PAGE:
DeMarcus Cousins wears a retro Royals jersey at a Kings home game (PHOTO: U.S. PRESSWIRE)
SACRAMENTO, CA - While the Sacramento Kings ponder a move to Anaheim, they appear to be already laying the groundwork for a name change.
The United States Patent and Trademark Office received an application on March 3 by a Nevada corporation seeking the exclusive right to use the name "Los Angeles Royals."
Another application filed the same day reserves the name "Anaheim Royals." The city of Anaheim, which owns the Honda Center, has reportedly insisted that any team playing there carry the city's name.
The trademark applications were filed on behalf of Crickets Corp., a Nevada corporation represented by Sacramento attorney Scott Hervey. Hervey specializes in intellectual property issues and also represents the Maloof family, owners of the Sacramento Kings and the Palms Casino in Las Vegas.
The web domains losangelesroyals.com and anaheimroyals.com have also been registered within the past three weeks, although the registration was done through a proxy which doesn't reveal the name of the actual registrant.
The Kings played for years in Rochester and Cincinnati as the Royals, and have lately been wearing their retro Royals jerseys in home games.
A name change would help the team avoid confusion with the Los Angeles Kings of the National Hockey League.
The Los Angeles Royals and Anaheim Royals trademark applications offer a broad explanation of how the names might be used:
Entertainment services in the nature conducting sporting events, namely cricket exhibitions, baseball exhibitions, hockey exhibitions, football exhibitions, basketball exhibitions... entertainment services, namely, providing a website featuring multimedia material in the nature of television highlights, interactive television highlights, video recordings, video stream recordings, interactive video highlight selections, radio programs, radio highlights, and audio recordings...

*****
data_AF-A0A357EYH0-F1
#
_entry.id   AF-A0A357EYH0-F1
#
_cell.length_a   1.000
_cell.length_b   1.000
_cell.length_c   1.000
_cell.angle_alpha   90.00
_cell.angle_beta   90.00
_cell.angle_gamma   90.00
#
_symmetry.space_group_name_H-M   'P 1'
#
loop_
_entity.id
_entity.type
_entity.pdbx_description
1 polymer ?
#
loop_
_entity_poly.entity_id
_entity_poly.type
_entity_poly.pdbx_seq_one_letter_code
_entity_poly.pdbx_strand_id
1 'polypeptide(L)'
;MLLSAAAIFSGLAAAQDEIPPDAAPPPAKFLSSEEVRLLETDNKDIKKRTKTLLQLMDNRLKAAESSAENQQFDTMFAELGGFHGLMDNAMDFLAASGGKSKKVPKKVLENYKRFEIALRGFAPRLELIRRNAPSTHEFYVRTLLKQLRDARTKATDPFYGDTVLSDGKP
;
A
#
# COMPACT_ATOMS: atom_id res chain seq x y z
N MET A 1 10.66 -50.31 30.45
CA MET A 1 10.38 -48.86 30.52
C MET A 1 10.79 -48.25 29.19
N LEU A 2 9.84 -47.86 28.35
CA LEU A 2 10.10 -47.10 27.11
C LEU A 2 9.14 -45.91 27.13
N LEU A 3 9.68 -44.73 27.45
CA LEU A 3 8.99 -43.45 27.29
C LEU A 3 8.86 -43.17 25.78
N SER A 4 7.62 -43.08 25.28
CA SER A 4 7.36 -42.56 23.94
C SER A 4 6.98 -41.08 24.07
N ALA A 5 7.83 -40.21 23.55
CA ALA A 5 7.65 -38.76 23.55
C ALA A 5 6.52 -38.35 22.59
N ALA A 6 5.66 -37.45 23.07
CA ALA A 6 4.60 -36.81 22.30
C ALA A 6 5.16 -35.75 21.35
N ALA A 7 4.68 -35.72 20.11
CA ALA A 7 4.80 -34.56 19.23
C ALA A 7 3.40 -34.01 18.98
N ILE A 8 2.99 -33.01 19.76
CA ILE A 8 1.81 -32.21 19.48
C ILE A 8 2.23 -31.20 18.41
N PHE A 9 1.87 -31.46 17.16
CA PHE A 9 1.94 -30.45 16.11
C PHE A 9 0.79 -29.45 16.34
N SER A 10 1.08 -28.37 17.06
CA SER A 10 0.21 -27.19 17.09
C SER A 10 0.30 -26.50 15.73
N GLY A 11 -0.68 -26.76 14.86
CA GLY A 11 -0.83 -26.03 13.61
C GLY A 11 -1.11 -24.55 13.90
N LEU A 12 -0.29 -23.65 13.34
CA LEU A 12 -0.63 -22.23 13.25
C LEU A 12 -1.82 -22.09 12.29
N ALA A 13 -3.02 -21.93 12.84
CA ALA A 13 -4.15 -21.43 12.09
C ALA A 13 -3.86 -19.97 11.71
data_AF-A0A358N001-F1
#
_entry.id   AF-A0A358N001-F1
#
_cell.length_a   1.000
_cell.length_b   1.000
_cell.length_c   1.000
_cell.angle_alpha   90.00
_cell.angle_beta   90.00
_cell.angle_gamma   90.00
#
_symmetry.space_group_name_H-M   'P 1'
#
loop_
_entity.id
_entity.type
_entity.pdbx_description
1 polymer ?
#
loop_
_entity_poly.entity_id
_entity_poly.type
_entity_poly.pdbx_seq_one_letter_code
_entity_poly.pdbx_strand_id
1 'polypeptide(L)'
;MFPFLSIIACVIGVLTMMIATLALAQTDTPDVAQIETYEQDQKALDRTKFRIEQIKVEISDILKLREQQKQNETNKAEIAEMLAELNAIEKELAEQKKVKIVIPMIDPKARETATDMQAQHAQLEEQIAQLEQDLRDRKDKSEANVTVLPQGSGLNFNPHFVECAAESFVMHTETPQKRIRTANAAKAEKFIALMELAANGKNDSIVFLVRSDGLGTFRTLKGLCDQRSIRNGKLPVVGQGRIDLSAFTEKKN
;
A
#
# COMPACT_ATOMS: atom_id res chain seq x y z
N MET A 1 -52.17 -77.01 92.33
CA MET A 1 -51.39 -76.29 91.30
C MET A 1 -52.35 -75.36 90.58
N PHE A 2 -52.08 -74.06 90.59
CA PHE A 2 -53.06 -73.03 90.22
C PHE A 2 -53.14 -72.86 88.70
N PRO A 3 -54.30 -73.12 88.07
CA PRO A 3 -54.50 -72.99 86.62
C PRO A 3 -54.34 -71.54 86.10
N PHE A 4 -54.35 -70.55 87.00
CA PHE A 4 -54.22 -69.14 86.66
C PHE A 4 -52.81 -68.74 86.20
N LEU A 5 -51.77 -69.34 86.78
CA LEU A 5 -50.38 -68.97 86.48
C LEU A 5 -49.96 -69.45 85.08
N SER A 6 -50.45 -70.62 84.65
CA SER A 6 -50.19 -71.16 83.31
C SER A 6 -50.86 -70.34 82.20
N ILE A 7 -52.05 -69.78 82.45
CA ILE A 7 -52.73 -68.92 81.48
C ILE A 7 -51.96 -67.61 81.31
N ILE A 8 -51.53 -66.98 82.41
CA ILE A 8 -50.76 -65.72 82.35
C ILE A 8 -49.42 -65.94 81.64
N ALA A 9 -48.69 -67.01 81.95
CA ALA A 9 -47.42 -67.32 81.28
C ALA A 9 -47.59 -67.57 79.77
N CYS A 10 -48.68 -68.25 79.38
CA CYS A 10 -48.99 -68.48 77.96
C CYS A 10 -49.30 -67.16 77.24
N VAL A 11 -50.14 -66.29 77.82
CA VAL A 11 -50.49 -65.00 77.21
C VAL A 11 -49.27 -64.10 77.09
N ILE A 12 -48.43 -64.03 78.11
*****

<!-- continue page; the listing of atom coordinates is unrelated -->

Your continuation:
Contacted Tuesday at the Sacramento law office of Weintraub, Genshlea and Chediak, Hervey seemed to be taken aback when asked if the Kings' owners were behind the trademark applications.
"I don't discuss client relationships," Hervey replied after several moments of silence.
Hervey also registered the names "Anaheim Royals of Southern California" and the "Orange County Royals."
Sacramento trademark attorney Dan Ballard said it's common for companies to apply for three or four trademarks when they're considering a name change.
"It's actually a placeholder. It's a way to preserve the mark and inform the rest of the world that is your mark," Ballard said. "It doesn't necessarily mean they are going to use it, but they've registered it before they actually need it."
The Maloofs have until April 18 to let the NBA know if they're staying or leaving.